If you can’t code but aspire to start a Web business, odds are you feel just like the ostrich. Ostriches can’t fly, and to add insult to injury, they’re one of the largest bird species out there. They have to hobble around looking for something to do while their avian counterparts swoop into the air in boundless directions.
Despite spending years in school and hours at the workplace, without knowing how to code you can’t create your vision. You’re left with two options: learn to code (Codeacademy is worthy investment of your time if you can fit it in), or find a programmer (an undertaking that warrants its own article). Given the frustrations, many would-be entrepreneurs give up on their vision without giving it a real chance. That’s a pity, and it doesn’t need to be that way.
Here are some tips and tool-recommendations to help you build a Web business without learning how to code.
Simulate your vision with visual tools
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As an entrepreneur, your goal is to assemble the necessary resources to create your idea. Finding the required talent and money means selling your vision. The first knee-jerk reaction is to write a business plan. Although useful, a business plan is not the best communication tool. It can be jargony, dense, overly-complicated, and simply put, it doesn’t showcase your idea. (If you write anything, go for a 2-3 page executive summary.)
Instead, I recommend building a website mockup. Show each page’s function and simulate how they behave by linking them to one another. Powerpoint is a great tool for this since you can link buttons to each slide easily. I recommend investing in a mockup tool (my personal favorite is Balsamiq), which is very user-friendly given its drag-drop functions. If done properly, your mockups can have the look and feel of a real website. Now friends, investors, or potential co-founders can see your vision instead of reading a long, dry document. If you want to take this to the next step, make a video by “screen recording” your mockup (I use Snapz Pro) and adding some narrative and music using a basic movie editing software like iMovie.
Create a prototype using widget-based website creators
Prototyping is all about validating individual portions of your concept. Use widget-based website creators to quickly and easily put together a prototype.Weebly, Wix, and WordPress (just to name a few examples) can be very powerful when mixed with a little creativity.
Letting potential users interact with something will give you valuable data, which you can easily capture using data analytics. My favorite is Google Analytics because it’s free and easy to implement (it just got a great upgrade too). If you can’t capture particular data, use surveys (Qualtrics is a fantastic tool which lets you capture 250 surveys for free) to engage users.
How do you get testers? Put the page up on your Facebook wall, send e-mail blasts, or offer a raffle or a perk (for example, first to get access to your site once it’s built). Having data in your pocket will both educate you and provide compelling information when you’re trying to recruit others or raise funds.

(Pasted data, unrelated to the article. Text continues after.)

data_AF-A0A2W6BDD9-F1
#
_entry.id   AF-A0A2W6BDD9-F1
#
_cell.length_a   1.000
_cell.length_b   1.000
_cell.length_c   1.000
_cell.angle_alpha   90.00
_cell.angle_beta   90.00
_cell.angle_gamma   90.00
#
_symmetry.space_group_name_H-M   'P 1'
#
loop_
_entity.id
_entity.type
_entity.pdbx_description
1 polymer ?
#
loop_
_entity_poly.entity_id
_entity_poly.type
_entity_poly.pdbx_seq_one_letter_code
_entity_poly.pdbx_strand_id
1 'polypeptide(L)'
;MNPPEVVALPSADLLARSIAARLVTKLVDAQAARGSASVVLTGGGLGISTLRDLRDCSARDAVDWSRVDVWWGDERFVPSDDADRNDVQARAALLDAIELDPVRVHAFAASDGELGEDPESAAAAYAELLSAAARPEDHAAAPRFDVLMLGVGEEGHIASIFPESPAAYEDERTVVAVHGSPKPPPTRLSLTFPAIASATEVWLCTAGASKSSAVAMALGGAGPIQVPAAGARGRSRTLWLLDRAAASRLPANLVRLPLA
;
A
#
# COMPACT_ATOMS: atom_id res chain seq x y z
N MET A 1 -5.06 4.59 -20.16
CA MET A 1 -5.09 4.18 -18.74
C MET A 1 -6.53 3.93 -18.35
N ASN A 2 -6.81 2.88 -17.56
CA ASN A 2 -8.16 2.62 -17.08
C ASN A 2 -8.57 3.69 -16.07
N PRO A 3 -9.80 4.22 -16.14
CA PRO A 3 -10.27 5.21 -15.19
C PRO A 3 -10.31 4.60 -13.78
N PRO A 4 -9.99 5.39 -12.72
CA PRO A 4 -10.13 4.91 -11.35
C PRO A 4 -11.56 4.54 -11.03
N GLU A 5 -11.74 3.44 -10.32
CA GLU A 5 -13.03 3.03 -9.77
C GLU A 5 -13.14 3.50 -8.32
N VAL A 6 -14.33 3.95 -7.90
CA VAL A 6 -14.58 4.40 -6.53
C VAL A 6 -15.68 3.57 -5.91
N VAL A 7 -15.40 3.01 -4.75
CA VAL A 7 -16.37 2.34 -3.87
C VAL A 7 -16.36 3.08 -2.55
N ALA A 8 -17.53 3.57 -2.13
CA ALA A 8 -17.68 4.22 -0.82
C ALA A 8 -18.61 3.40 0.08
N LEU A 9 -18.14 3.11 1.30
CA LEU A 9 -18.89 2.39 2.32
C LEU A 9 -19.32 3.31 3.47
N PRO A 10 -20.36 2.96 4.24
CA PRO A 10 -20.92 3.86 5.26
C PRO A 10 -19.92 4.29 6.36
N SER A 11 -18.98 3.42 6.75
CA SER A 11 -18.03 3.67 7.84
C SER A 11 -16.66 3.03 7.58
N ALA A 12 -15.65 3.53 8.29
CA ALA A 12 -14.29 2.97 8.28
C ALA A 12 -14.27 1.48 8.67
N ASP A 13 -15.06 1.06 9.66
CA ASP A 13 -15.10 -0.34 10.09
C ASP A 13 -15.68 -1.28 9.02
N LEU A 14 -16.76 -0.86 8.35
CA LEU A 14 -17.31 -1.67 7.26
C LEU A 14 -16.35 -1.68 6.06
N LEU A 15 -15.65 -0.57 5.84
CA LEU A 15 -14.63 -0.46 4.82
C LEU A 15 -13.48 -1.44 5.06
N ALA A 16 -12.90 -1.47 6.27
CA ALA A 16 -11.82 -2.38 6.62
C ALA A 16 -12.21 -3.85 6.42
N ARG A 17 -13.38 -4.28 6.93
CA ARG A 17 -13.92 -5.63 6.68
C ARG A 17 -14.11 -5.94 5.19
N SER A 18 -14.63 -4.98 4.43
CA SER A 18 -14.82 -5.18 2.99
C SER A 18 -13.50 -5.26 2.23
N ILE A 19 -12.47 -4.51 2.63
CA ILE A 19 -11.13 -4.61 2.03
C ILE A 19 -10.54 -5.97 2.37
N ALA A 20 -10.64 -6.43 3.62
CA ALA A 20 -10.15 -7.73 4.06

Brand your vision
We live in a world where the smallest startup can look and feel like one of the biggest companies out there. Make sure you snag a good domain name and create an attractive logo. You can inexpensively outsource design jobs to sites like 99designs or Crowdspring.
Once you have some visuals and an identity, cover your bases: Create a landing page for your site (LaunchRock is a good tool for that), set up a Facebook page (claim your facebook.com/yourbrand), and start developing an audience through Twitter. Family and friends will want to support you, and potential clients will be interested in learning about your company. Having an online presence gives you a stage where others can share in your journey. You’ll have a community of eager users ready to support you faster than you think.
Enjoy your launchpad and raise money
Your company is now live. You’ve established a presence and have powerful tools to sell your vision. If you want to hire talent, you now have somewhere to point applicants. If you need support, you can show family and friends a preview of what you want to build. If you want to raise money, you can go on Kickstarter or AngelList with a bit more credibility (and hopefully a mockup video in hand).
Tony Navarro (@hoostony) is founder and CEO of Streamcal.com, a venture that redefines the way schedules and calendars are published, shared and consumed across the web. He has an MBA from Wharton and an MPA from Harvard, and currently lives in Boston with his wife. He is also a member of The Young Entrepreneur Council (YEC), an invite-only nonprofit organization comprised of the country’s most promising young entrepreneurs.
Ostrich image via ShutterStock
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